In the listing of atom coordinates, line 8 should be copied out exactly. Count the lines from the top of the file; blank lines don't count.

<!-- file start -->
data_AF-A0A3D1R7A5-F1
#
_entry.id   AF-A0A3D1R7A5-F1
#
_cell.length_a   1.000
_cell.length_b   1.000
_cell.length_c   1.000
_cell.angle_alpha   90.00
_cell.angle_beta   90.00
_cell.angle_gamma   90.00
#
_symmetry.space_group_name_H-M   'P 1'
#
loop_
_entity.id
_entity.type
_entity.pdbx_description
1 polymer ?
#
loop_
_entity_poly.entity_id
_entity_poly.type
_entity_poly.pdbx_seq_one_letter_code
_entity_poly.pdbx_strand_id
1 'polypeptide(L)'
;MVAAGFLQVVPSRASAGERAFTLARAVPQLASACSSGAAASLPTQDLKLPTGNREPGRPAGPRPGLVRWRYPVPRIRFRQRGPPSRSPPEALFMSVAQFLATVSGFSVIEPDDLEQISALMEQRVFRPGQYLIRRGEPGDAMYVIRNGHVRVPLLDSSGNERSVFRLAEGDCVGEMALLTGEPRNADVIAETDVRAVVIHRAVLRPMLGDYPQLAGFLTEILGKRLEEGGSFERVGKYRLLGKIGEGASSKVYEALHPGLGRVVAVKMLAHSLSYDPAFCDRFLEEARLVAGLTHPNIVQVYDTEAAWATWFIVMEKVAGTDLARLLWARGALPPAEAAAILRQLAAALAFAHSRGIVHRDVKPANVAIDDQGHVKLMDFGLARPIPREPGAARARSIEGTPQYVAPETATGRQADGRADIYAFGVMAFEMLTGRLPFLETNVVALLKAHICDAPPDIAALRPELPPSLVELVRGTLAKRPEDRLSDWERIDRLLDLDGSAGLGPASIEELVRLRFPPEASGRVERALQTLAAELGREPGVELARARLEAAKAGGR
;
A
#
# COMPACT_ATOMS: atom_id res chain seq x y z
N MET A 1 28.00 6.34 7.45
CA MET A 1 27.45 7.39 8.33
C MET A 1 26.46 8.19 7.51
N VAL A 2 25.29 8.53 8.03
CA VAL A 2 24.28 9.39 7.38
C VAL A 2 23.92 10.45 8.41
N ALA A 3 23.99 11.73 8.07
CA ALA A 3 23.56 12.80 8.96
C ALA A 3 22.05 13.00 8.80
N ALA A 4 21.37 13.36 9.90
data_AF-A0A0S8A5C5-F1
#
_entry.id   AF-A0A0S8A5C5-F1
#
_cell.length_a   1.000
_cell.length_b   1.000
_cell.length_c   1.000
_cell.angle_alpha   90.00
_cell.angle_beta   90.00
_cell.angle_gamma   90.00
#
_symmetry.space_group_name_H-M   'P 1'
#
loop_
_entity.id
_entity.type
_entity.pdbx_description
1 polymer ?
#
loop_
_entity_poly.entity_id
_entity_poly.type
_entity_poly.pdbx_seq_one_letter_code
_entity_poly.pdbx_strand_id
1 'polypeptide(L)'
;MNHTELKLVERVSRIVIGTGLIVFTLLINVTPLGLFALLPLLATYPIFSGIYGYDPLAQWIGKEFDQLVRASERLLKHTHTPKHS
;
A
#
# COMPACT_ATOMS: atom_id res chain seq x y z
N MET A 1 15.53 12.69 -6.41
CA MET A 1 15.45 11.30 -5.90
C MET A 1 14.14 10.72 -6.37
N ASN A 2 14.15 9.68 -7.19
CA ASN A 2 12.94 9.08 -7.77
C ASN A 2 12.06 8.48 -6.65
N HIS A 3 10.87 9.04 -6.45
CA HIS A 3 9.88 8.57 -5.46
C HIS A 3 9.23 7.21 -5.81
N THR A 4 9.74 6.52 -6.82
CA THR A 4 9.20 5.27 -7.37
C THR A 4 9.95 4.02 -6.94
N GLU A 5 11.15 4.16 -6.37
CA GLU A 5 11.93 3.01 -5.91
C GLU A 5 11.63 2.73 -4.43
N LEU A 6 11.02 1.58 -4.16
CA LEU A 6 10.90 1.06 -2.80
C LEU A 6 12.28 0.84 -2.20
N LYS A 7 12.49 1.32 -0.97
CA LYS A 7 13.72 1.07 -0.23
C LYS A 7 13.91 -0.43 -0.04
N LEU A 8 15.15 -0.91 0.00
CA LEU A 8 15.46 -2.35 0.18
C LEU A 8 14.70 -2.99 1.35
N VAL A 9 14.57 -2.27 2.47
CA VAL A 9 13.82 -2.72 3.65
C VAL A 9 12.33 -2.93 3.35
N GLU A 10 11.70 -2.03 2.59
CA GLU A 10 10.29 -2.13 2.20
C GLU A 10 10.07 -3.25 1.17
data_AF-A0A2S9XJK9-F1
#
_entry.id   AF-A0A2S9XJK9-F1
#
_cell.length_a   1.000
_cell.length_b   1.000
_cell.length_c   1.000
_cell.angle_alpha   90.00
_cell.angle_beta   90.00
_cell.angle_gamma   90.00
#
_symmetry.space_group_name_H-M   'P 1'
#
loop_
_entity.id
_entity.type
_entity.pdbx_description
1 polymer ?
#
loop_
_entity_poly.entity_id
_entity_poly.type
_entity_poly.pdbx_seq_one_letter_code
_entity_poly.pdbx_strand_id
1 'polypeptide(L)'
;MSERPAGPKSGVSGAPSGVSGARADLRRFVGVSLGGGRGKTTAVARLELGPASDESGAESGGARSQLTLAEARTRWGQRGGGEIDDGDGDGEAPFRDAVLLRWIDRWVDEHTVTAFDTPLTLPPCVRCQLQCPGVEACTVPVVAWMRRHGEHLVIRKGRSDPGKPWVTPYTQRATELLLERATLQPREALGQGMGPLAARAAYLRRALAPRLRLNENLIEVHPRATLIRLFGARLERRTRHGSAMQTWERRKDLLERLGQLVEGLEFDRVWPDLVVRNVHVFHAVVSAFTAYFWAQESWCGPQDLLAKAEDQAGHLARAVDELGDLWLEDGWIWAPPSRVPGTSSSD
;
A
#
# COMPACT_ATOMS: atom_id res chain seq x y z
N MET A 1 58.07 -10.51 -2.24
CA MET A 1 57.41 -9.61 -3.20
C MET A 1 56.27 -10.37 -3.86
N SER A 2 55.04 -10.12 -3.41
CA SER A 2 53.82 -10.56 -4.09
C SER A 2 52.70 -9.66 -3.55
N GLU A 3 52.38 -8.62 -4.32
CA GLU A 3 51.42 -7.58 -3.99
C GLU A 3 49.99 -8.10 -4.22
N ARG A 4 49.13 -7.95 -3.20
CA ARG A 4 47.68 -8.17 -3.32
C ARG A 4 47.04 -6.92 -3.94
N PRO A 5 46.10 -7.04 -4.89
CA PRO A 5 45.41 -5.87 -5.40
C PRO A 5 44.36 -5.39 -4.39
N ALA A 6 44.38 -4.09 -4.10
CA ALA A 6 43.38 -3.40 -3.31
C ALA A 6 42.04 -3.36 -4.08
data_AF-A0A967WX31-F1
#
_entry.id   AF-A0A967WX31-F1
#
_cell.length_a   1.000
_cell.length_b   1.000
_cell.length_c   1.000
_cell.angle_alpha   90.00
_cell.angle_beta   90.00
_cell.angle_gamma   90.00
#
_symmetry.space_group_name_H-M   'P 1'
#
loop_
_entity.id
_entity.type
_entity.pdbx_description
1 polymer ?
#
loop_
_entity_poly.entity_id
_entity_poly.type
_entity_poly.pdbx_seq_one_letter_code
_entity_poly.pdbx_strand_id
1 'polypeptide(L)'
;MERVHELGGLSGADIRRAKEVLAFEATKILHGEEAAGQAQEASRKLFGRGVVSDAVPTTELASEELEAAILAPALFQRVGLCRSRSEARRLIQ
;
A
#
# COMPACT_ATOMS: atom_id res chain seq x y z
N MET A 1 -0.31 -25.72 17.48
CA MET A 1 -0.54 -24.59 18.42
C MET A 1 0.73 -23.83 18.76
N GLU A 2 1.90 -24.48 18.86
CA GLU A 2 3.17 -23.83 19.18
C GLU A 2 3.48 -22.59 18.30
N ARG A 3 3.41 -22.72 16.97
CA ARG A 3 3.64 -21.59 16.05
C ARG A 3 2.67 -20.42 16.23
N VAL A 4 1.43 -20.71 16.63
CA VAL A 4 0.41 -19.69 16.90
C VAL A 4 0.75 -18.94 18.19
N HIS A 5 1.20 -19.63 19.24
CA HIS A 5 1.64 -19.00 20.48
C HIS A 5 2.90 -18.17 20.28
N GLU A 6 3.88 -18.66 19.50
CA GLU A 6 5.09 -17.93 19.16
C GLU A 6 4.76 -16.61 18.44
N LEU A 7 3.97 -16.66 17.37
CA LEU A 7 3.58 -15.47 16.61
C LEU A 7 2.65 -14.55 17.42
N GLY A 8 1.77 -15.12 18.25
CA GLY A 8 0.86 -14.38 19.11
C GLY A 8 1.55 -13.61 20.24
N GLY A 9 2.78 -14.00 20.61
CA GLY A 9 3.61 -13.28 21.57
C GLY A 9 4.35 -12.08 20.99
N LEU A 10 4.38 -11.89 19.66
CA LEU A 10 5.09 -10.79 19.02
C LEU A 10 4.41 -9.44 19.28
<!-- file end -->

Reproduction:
_cell.angle_alpha   90.00